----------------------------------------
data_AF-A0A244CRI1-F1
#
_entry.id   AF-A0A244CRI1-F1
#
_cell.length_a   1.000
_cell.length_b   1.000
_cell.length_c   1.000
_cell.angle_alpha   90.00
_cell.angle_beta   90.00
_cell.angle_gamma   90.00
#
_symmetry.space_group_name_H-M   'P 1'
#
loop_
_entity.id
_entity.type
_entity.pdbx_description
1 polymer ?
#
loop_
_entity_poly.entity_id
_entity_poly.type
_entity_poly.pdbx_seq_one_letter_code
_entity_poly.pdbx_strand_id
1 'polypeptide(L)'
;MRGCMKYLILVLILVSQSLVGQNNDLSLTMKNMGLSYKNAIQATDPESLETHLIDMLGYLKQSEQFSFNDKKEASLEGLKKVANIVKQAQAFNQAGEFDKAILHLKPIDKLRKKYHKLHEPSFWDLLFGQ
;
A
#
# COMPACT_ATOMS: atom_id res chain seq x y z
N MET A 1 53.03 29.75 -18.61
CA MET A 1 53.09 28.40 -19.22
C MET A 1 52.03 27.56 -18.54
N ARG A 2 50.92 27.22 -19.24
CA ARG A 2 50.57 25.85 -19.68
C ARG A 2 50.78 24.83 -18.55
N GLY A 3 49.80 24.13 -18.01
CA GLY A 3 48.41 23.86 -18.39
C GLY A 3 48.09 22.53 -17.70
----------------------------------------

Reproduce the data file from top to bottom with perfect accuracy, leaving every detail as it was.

data_AF-A0A244CRI1-F1
#
_entry.id   AF-A0A244CRI1-F1
#
_cell.length_a   1.000
_cell.length_b   1.000
_cell.length_c   1.000
_cell.angle_alpha   90.00
_cell.angle_beta   90.00
_cell.angle_gamma   90.00
#
_symmetry.space_group_name_H-M   'P 1'
#
loop_
_entity.id
_entity.type
_entity.pdbx_description
1 polymer ?
#
loop_
_entity_poly.entity_id
_entity_poly.type
_entity_poly.pdbx_seq_one_letter_code
_entity_poly.pdbx_strand_id
1 'polypeptide(L)'
;MRGCMKYLILVLILVSQSLVGQNNDLSLTMKNMGLSYKNAIQATDPESLETHLIDMLGYLKQSEQFSFNDKKEASLEGLKKVANIVKQAQAFNQAGEFDKAILHLKPIDKLRKKYHKLHEPSFWDLLFGQ
;
A
#
# COMPACT_ATOMS: atom_id res chain seq x y z
N MET A 1 53.03 29.75 -18.61
CA MET A 1 53.09 28.40 -19.22
C MET A 1 52.03 27.56 -18.54
N ARG A 2 50.92 27.22 -19.24
CA ARG A 2 50.57 25.85 -19.68
C ARG A 2 50.78 24.83 -18.55
N GLY A 3 49.80 24.13 -18.01
CA GLY A 3 48.41 23.86 -18.39
C GLY A 3 48.09 22.53 -17.70